This is fixed starting with CU6. More info in this post.
I recently analyzed an issue reported by one customer who had an SSIS package which was repeatedly opening connections against an existing and working named instance of Analysis Services 2005, and from time to time, the Open method of the AdomdConnection class was throwing an AdomdConnectionException ("The ‘YourInstanceName’ instance was not found on the ‘YourServerName’ server").
Default instances of Analysis Services 2005 listen on a well known TCP port which is 2383, but for named instances it can be any TCP port. So, clients must dynamically discover on which port a given instance is listening in order to actually establish a session with it.
On the client side, it is an XmlaClient function (Microsoft.AnalysisServices.AdomdClient!Microsoft.AnalysisServices.AdomdClient.XmlaClient.GetInstancePort) the one responsible for determining on which port a given instance is listening on. If the connection string didn’t include an instance name, then it returns port 2383, but if an instance name is provided, the Discover method is invoked with a RequestType of DISCOVER_INSTANCES and the particular instance name as the only Restriction. Internally, this Discover method sends the discovery request to SQL Server Browser who is listening on TCP port 2382 (Analysis Services redirector is implemented in msmdredir.dll, loaded by SQL Server Browser, and it is responsible for responding to clients who want to dynamically discover named instances installed on that server).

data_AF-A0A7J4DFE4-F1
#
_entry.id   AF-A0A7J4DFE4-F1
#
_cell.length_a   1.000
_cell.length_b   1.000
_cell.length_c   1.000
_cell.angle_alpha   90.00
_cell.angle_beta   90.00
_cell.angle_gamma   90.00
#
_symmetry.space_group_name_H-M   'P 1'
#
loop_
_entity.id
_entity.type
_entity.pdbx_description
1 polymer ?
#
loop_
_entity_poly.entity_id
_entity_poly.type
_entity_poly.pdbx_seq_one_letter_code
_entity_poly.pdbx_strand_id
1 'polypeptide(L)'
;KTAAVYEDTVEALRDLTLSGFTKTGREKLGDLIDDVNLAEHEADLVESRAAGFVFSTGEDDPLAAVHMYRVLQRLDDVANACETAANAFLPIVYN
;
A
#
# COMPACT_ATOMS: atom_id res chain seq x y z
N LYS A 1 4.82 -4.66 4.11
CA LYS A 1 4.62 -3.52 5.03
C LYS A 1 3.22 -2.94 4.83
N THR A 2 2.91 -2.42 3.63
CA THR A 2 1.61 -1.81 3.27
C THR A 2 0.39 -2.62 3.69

On the server side, the AS redirector component accesses the msmdredir.ini file to extract the most recent information about all named instances installed and available on the server, with the information found under the ConfigurationSettings\Instances element in that file, it builds the DiscoverResponse with the information it will return to the client which called the Discover method.
A typical response looks similar to this one:
<root xmlns="urn:schemas-microsoft-com:xml-analysis:rowset" xmlns:xsi="http://www.w3.org/2001/XMLSchema-instance" xmlns:xsd="http://www.w3.org/2001/XMLSchema">
<xsd:schema targetNamespace="urn:schemas-microsoft-com:xml-analysis:rowset" xmlns:sql="urn:schemas-microsoft-com:xml-sql" elementFormDefault="qualified">
But it happens that if the file msmdredir.ini is being accessed exclusively by another process when SQL Server Browser is trying to read that information from it, the AS redirector silently fails and the DiscoverResponse returns no rows, as if the instance wouldn’t exist.
When the client parses that empty response, it throws the AdomdConnectionException exception we weren’t expecting to be thrown.
Now the question is: And what other process could be exclusively accessing the msmdredir.ini file while SQL Server Browser tried to read from it, to satisfy my client application dynamic discovery request?
Well, in my customer case it was an antivirus, but it could even be one of the named instances of Analysis Services running on that server, since they all update that msmdredir.ini file every 30 seconds to persist in it their most recent whereabouts. The more named instances you have concurrently running on a given server, the higher the chances to experience this issue are.
So the bottom line is: 1) Catch those AdomdConnectionException eventually thrown when opening a connection against a named instance and simply retry. Probability is too low to hit this issue twice from two subsequent connection open attempts. 2) Use resources in the most efficient way, therefore reuse your already opened connections until you actually don’t need them anymore and then close them. But don’t follow the use-once-and-throw-away approach.
Hope you enjoyed this new story!